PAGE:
And graphically this is still a stunner. Rome is highly detailed and beautiful to look at with rolling countryside and tight city corridors, but it slightly less polished in places with a few glitches in places than AC or AC2. On the plus facial animations have been tweaked, meaning Lucy no longer looks like a bullfrog. Score.

All this and I’ve not even covered the extensive VR Training system which lets you hone your combat, stealth and parkour skill’s to the limit. For the more competitive player there are three levels of medals for each and leaderboards to prove your skill and the selection of challenges on offer is huge.It’s also extremely addictive.

But it’s the inclusion of multiplayer that rocked so many boats, and for a good reason – Creed has made its name in the singleplayer realm.
It brings two modes in the package, with the second being a team based version of the first mod, the first being Wanted which see’s you assume the role of an Abstargo Agent training to fight the Assassins. In Wanted you get given a contract against one of the other players, and one other player is given a contract on you meaning you have to hunt your prey while being hunted.
The key here is the world is inhabited by hundreds of AI that use the same skins as you, making blending in and stealth key. In fact those who make the effort to be a blade in the crowd will score the biggest points per kill making having the most kills irrelevant, it’s who has the skills that counts.
A compass points you toward your target, but once you get close it’s up to you to  figure out who it is, especially if the target is blending in with a crowd of AI using the same skin.
Along the way you can unlock abilities and perks as you rank up along with killstreaks. It uses many ideas from shooters oddly, but they add a nice twist to the game.
The multiplayer on offer may not appeal to many, it doesn’t offer the instant thrill of shooters, instead it offers a slower paced and tense game for those that enjoy using cunning over brawn.
It does have some flaws, but most frustrations come down to simply being killed by someone you never saw coming. However, sometimes you get a chance if they get to excitable and drain a bar by sprinting or doing odd things, and this alerts you by placing a red diamond in your HUD. At this point you have to run which leads to some spectacular rooftop chases and last-minute dodges.
It’s not perfect, but this first foray into multiplayer for the Creed series is good fun, but I do fear that it’s less action orientated approach will mean it won’t appeal to many, but this could become a solid addition to your multiplayer roster if you want something different.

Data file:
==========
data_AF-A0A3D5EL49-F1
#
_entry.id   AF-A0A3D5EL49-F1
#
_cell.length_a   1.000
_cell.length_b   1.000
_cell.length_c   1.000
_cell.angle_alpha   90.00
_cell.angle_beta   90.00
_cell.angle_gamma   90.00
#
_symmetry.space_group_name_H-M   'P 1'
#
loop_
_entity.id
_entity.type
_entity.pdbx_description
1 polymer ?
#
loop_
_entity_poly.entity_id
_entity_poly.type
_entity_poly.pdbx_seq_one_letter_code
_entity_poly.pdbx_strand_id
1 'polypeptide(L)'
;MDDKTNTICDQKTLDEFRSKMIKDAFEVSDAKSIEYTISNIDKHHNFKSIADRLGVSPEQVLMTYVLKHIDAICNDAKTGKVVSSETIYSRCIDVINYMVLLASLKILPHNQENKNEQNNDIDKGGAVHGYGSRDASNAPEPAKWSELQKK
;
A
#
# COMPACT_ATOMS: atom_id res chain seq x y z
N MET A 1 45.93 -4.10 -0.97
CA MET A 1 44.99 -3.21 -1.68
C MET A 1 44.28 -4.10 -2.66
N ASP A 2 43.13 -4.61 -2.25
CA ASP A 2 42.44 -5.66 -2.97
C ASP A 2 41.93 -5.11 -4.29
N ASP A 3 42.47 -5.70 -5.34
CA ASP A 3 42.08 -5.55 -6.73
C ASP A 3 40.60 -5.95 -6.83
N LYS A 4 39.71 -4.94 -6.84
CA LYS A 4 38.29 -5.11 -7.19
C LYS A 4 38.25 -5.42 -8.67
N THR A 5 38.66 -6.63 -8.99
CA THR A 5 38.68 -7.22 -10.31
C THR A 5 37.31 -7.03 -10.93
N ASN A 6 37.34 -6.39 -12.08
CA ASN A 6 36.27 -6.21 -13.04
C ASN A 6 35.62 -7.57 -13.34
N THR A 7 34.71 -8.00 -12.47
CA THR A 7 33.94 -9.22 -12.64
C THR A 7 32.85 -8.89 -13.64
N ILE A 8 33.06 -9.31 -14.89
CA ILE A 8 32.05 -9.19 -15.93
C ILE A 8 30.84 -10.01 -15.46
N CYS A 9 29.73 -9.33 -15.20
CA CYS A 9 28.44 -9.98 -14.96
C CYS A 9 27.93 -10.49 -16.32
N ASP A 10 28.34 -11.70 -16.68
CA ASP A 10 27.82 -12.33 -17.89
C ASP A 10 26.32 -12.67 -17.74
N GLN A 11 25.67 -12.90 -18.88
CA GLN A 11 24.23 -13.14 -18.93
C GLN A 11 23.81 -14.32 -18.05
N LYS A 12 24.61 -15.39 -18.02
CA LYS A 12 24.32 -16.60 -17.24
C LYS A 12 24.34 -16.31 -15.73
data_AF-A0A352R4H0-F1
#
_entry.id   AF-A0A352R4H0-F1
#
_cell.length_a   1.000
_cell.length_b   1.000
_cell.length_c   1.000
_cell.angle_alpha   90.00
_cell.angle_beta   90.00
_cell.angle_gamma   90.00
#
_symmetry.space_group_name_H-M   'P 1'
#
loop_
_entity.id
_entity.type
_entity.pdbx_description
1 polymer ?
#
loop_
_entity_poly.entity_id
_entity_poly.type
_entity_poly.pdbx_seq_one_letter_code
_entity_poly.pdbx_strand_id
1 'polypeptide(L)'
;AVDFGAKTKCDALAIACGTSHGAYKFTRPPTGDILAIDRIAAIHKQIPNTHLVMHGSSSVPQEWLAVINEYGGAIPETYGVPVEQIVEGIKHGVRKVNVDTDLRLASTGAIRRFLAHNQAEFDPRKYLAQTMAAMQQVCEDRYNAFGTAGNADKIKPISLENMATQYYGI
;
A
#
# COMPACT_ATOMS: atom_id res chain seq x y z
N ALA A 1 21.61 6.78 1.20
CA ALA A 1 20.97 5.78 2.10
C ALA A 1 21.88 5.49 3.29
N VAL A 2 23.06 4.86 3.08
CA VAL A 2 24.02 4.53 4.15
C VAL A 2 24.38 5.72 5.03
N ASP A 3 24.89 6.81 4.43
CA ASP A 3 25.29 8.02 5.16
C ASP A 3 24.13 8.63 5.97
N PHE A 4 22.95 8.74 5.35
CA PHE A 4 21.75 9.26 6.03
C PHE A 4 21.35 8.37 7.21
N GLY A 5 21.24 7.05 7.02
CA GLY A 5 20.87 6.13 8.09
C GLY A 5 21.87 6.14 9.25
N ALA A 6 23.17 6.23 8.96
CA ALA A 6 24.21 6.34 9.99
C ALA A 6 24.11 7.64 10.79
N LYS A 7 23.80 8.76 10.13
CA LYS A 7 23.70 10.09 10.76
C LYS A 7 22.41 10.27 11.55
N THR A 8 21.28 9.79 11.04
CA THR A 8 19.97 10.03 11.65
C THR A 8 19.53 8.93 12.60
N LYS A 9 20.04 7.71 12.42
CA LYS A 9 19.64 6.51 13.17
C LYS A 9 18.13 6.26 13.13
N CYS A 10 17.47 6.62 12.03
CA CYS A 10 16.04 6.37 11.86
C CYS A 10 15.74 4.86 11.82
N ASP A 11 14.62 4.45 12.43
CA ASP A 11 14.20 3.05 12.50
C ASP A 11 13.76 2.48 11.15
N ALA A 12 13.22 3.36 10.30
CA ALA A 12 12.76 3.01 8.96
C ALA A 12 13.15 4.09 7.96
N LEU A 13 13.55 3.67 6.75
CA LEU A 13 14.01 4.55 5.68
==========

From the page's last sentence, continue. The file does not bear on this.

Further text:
Plus, getting a perfect kill is incredibly satisfying.

Bugger the swords, cannons is where it's at.

Assassin’s Creed: brotherhood may not be the best in terms of story, but in gameplay this is the best Creed game to date providing a substantial singleplayer and fun multiplayer. There are enough new features and tweaks to keep it feeling fresh but do remember, this isn’t Assassin’s Creed 3 and some may be disappointed by the lack of huge narrative leaps, but I say sit back and enjoy not only the best Assassins Creed game, but one of the best action-adventure games around.

The Good:
+ Leaping from the back of my horse mid-gallop to a beam. It’s just cool. Simple.
+ Becoming a property mogul. mmm money.
+ Assassinating an unsuspecting player.

The Bad:
– Being assassinating by an expecting player.
– I didn’t say jump off the building! I said jump onto the ledge!


Graphics: 9.5
Rome is beautiful and the animations are silky smooth. Only the occasional texture looks a little off and some facial animations look a little odd.

Sound: 9
Terrific voice acting is back up by great sound effects and a superb musical score.

Story: 7.5
Ezio’s tale is interesting but don’t expect huge narrative leaps for the overall story, but Desmond gets more screen time thanks to the ability to get out the Animus whenever and the ending is a shocker.

Gameplay: 9
Fun combat, great parkour and loads of things to do.

Lifespan: 8
10-15 hour singleplayer campaign with plenty of side-quests and a multiplayer mode to boot. And did I mention the huge VR training with medals? No? I have now.

Overall: 9
In the end it should be noted that Brotherhood recycles much from Assassin’s Creed 2, making this more of an AC 2.5. No, it’s not the huge leap some may want, but it’s a refinement, and really isn’t that what most sequels are? If you said yes then brotherhood is for you. And if you said no, I don’t care, this is still for you.